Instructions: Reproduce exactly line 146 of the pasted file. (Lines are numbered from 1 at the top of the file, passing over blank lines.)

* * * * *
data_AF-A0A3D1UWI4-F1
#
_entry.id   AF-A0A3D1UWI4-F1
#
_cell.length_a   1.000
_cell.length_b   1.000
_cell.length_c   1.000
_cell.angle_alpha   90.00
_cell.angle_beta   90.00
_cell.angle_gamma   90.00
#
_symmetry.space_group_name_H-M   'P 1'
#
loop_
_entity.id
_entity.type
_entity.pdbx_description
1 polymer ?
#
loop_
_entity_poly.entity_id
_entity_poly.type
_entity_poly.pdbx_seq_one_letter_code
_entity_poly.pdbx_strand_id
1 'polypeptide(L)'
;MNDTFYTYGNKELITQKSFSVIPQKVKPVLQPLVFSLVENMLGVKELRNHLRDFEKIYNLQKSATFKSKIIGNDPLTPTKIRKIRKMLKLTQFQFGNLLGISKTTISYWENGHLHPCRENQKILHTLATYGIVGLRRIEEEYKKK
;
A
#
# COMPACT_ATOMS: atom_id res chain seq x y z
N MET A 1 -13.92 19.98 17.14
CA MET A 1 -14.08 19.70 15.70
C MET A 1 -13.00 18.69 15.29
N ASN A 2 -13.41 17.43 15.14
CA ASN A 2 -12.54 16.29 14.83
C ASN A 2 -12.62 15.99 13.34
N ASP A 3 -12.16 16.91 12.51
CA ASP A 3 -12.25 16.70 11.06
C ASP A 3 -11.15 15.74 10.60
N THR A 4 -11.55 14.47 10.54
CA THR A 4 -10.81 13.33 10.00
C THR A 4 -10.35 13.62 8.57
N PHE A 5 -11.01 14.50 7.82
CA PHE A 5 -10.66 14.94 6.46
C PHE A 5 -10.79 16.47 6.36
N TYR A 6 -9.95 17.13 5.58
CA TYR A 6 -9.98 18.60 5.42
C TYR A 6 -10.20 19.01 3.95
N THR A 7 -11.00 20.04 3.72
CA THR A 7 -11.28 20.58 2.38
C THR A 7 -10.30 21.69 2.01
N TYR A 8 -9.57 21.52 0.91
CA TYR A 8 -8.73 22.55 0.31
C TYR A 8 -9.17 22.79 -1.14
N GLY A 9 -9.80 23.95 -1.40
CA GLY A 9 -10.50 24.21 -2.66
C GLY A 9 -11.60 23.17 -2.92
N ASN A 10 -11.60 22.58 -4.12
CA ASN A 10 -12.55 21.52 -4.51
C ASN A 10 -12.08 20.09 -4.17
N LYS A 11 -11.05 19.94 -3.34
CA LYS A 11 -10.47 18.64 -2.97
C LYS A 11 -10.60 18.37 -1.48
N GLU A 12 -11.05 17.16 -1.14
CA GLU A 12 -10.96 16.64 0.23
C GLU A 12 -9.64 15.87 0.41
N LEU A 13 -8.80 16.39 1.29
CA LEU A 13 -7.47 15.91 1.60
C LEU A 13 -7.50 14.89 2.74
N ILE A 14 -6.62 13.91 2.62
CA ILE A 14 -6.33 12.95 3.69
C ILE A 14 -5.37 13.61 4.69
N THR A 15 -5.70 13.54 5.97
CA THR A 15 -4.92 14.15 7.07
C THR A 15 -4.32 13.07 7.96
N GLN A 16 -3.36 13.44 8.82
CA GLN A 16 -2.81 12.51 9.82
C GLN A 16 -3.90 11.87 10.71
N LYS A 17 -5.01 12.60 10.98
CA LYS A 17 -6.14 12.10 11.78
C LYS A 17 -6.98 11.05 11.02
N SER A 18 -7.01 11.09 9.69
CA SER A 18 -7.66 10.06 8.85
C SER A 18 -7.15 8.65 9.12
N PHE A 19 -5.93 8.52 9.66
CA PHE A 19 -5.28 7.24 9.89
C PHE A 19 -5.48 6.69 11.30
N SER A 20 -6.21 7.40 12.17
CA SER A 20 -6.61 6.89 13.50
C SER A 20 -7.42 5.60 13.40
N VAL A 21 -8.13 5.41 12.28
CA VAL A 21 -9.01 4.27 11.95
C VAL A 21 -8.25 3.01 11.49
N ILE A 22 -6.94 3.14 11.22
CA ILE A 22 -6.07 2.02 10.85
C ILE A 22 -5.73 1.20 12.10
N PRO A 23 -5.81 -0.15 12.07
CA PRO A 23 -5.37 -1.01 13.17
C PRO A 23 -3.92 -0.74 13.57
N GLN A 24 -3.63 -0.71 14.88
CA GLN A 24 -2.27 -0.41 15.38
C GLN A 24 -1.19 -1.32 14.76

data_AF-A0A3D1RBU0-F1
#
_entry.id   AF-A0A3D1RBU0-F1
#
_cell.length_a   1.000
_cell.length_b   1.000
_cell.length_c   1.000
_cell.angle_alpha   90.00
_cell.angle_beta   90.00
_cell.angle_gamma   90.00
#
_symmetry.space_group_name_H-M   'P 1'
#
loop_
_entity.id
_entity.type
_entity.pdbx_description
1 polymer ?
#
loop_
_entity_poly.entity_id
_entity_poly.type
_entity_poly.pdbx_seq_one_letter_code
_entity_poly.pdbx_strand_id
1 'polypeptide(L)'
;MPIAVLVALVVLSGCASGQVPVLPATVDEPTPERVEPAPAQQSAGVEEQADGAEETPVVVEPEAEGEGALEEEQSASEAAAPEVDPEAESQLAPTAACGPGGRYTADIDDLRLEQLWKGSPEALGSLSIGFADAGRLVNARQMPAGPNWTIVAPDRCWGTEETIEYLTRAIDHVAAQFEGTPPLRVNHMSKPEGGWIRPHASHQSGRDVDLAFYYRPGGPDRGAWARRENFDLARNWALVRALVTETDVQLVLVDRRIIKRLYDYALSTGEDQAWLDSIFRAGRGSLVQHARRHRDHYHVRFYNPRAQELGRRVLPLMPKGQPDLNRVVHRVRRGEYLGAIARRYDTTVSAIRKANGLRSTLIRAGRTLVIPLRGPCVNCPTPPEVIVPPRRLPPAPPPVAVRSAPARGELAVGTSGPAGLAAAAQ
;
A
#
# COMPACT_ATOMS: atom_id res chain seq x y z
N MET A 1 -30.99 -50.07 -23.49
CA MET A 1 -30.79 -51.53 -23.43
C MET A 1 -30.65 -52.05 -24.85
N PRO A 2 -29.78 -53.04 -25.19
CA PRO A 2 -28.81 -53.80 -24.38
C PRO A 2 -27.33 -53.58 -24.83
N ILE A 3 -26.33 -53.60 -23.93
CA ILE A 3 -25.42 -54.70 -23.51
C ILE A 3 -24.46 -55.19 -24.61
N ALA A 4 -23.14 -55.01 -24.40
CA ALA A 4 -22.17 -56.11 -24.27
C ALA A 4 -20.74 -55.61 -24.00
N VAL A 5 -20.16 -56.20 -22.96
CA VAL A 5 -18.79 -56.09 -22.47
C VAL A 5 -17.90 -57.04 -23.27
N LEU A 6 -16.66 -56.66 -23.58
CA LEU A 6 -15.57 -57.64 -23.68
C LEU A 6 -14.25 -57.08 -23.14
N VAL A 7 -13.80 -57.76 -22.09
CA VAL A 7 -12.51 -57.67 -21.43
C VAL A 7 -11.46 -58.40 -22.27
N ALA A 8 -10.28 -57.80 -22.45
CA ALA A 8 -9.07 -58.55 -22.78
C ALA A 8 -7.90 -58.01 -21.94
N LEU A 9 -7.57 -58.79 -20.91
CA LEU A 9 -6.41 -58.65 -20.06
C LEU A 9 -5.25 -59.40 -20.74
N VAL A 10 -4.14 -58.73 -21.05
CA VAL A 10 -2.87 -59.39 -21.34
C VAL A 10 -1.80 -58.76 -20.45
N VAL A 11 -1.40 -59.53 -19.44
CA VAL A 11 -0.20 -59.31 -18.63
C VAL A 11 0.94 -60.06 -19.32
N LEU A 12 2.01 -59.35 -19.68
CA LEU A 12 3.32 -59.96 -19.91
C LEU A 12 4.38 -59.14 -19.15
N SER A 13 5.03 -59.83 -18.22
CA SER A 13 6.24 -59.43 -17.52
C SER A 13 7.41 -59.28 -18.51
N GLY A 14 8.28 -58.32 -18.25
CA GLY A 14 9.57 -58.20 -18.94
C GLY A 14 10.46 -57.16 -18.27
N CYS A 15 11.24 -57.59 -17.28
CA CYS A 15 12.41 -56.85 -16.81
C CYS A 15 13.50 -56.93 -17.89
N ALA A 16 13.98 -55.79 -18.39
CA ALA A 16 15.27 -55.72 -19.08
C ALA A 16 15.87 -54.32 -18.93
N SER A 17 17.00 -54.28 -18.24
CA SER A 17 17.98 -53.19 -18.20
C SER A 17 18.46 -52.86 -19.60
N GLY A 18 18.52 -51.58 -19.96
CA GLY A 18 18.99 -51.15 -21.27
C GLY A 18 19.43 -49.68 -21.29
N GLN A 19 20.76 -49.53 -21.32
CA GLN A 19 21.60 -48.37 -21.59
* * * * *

CA VAL A 5 -18.79 -56.09 -22.47